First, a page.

Month: October 2016

Styling Your Family Photo Shoot

We officially booked our family photos and I am beyond excited!  We haven’t had anyone take a photo of us since Poppy was born.  Unless you count the super grainy iPhone selfies I try to grab with my kids on a daily basis, and I don’t.   But now our shoot date is set!  Woohoo! Now I need to decide what everyone is going to wear.  My clients often ask for advice on how to style their family, here are some tips I always like to share.

  1. Start with a general mood that you want to capture.  Consider colors that coordinate and compliment each other that convey your vision.  Don’t focus on “matching” everyone’s colors, or it can come across as too forced and posed.  Some ideas that would work are fun/bright/modern,  light/airy/natural, or cozy/neutral/warm.  Ours will likely be a relaxed California casual, because that’s basically what we are.  Which brings me to my text tip:
  2. Let everyone be themselves.  This doesn’t mean you have to let your kid wear a bright red spiderman t-shirt if you really don’t want that printed and framed for all of eternity.  But it is nice to capture everyone as they are at that point in time, and that means letting their personalities come through in their clothes.   Right now my daughter really loves wearing twirly dresses, and she will be her most happy in a twirly dress.  There’s no point in me trying to fight her on that one.  If your kids (or your spouse) are likely to put up a fight, get them involved in the decision.  I like to give two or three choices, any of which I would be happy with, and let them decide.  It makes getting ready on the day of the shoot much easier.  And if they change their mind last minute, fine.  As long as they change their mind to one of your other pre approved options.  And if it all just falls apart that day and you just can’t win, then be prepared to accept whatever they want to wear.  You really just want everyone to be having a fun day together, and fighting over clothing choice is not the best way to start.
  3. Make sure everyone is comfortable.  Your photographer may ask you to sit, stand, cuddle, run around, put the kids on your shoulders, or swing them around.  Once you are shooting you don’t want to have to think about your clothing.  If someone’s outfit requires a shirt tucked in just so, it might not be the best choice.  Make sure shirts and dresses are not cut too low, even when you are holding your kids or leaning forward to be closer to them.
  4. Be prepared.  Give yourself time to find pieces you love.  Your shoot day should be about spending time with your family, not about one last quick trip to the store for the perfect hair bow.  Try to set yourself up for a calm, relaxed mood.  And the only way to do that if you have young kids is to have things ready before the day arrives.

Here’s a peek at some ideas for our family shoot:

family photo shoot outfits


mom: Doen Prem Dress

dad: Buck Mason jeans, JCrew shirt

brother: Spritely Kids Henley, Levis jeans

little sister: Mabo Elsie Dress, Young Soles shoes, Free Babes hair bow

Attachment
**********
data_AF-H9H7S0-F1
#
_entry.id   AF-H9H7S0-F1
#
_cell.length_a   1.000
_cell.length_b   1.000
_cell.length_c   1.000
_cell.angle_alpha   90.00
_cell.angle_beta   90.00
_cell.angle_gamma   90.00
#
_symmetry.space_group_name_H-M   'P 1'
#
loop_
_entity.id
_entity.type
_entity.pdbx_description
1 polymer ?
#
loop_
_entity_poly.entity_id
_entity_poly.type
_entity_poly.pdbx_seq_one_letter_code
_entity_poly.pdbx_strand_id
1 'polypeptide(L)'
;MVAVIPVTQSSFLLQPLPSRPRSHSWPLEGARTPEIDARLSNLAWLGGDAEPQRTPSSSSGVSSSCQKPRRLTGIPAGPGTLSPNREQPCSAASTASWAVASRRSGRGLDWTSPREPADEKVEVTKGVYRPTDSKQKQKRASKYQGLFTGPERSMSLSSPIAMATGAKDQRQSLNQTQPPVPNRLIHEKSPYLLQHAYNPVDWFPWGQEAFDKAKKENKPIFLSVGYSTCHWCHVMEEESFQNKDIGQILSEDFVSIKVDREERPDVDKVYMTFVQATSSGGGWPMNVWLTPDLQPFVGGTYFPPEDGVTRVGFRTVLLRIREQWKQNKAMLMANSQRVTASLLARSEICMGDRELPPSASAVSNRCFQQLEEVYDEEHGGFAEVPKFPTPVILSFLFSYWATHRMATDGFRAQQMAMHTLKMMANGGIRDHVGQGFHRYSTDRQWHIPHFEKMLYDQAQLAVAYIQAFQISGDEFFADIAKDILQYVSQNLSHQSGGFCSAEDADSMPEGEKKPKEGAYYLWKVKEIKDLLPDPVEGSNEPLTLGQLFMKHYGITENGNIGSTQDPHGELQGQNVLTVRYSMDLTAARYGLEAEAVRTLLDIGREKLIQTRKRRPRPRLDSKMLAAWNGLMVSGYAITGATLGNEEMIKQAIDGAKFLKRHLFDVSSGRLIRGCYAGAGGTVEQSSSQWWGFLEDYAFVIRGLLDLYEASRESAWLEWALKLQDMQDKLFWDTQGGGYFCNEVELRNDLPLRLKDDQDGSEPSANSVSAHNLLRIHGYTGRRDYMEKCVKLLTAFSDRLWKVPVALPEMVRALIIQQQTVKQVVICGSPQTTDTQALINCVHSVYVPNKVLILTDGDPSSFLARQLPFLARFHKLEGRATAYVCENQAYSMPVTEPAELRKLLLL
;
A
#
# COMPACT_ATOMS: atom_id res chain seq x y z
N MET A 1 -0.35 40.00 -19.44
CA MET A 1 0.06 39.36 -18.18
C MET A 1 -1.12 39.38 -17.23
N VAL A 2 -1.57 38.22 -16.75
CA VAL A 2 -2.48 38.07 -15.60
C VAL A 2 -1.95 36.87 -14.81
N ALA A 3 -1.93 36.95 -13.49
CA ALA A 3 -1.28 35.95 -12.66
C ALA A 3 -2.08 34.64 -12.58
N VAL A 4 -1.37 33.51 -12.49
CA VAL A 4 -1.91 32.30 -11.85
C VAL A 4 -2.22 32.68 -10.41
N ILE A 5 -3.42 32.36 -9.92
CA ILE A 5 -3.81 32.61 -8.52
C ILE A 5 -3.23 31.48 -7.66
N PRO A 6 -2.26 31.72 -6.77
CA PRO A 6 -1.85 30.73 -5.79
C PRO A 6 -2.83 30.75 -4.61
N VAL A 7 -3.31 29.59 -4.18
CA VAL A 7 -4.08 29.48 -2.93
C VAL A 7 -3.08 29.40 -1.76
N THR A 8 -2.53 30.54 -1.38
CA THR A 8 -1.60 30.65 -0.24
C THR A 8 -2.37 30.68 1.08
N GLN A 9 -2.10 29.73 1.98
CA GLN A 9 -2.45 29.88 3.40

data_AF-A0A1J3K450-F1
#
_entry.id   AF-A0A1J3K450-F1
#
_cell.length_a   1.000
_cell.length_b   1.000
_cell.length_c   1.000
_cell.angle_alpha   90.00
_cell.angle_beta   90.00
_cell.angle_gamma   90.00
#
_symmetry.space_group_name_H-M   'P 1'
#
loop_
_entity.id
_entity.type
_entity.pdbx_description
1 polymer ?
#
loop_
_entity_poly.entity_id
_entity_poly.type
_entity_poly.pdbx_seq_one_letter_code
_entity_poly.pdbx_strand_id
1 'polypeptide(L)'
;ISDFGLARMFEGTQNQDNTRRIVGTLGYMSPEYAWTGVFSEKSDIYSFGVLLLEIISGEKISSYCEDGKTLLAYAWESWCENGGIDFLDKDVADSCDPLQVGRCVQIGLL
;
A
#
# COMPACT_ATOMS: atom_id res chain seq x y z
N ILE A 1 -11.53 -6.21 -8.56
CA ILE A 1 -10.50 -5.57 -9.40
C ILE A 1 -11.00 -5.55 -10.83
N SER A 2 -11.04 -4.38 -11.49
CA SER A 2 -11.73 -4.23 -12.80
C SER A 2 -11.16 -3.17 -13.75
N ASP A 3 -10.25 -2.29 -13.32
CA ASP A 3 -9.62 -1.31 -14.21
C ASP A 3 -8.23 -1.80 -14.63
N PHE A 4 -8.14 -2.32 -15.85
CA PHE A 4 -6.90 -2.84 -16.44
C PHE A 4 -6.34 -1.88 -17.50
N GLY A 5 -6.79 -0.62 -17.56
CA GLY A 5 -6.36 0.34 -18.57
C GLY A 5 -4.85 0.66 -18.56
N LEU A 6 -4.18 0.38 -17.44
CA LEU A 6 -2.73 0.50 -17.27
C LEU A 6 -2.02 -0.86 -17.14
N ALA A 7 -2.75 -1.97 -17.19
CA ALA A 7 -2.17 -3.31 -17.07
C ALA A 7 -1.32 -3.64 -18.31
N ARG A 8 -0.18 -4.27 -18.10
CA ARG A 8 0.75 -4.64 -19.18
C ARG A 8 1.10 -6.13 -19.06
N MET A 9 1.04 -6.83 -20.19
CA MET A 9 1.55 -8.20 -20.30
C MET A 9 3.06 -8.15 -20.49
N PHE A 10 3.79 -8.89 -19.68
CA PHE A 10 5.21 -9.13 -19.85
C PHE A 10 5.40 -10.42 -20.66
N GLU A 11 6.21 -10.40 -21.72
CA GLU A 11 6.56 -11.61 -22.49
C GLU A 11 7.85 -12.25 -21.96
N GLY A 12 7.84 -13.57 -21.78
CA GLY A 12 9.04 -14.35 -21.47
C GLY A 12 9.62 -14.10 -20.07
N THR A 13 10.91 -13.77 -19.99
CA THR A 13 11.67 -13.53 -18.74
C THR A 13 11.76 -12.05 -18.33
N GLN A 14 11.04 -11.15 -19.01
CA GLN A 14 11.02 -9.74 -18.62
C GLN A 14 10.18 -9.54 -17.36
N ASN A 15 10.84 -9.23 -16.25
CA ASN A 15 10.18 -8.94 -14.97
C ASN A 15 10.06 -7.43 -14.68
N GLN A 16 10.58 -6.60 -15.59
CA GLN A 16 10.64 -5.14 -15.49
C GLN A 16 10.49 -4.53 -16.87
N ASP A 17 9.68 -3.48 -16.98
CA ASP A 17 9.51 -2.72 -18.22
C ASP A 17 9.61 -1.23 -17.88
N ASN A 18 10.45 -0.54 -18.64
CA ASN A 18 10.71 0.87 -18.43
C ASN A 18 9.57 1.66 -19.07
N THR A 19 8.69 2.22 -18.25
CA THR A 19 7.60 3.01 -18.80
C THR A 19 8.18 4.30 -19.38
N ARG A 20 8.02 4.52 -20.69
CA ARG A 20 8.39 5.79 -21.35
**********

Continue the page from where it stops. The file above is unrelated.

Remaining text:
baby sister: Soon Ploom Oona Romper, Mabo Cotton Lap Tee, Briar Handmade Bonnet, Freshly Picked Moccasins


It’s taken me over two weeks to write this post, because I haven’t been ready to admit to myself that it actually happened.  But it did.  Poppy decided she no longer wanted to breastfeed.  My last baby, my “I don’t ever want a bottle I only want mama,” tiny Poppy seed.  It started when she was sick with a stuffy nose and a fever.  She just woke up one day and didn’t want to nurse.  Throughout that first day I tried to offer it to her, but she just turned her head and cried.  She had learned to drink formula from a straw cup and it seemed to be easier for her while she was sick, so I let it go.  But when she didn’t nurse before bed that night I was really worried, not to mention extremely uncomfortable.  I spoke to my lactation specialist (who is so brilliant and kind and if you ever need help definitely call her).  In a panicked text I wrote, “I think Poppy is weaning herself!!  Do 11 month old babies actually do this?? “  She calmed me down, told me to pump, and said it’s just because she’s sick.  And to keep offering it for a few days, she would probably come back.  So I drove to Target and bought a hand pump (I had very dramatically thrown out my pump accessories just a week before, thinking there wouldn’t be a need for them now that she could drink formula from a straw cup whenever I was away from her).  A few days went by and she still wasn’t having it.  She grabbed her straw cup of milk and drank it like a big kid, with this incredibly proud, smug look on her face.  After a couple days of trying, I just knew she was done.  My last baby, our final warm, cuddly, quiet nursing session already gone and I didn’t even know it had been our last.  I’m sure in the long run this is a much easier way to transition into this next phase. I will never wonder if I was doing it for the wrong reason or if she was ready.  It was her choice, she was ready.  Even if I wasn’t.  This seems to be the way milestones happen with your last baby.  Pride and excitement mixed with a deep sadness that your little baby is not so little anymore.  Maybe that’s what parenting will always be.  Working towards the future while clinging to the present.

This photo was taken during our last nap time nursing session.  Although at the time it was just a moment of peace that I wanted to capture, now I know it was so much more.

Breastfeeding Photo


Poppy’s romper is from Rylee and Cru

Love Your Mother TShirt from The Bee and The Fox

Denim Skirt from JCrew

**For any breastfeeding support, contact Amy Broder at She’s a lifesaver!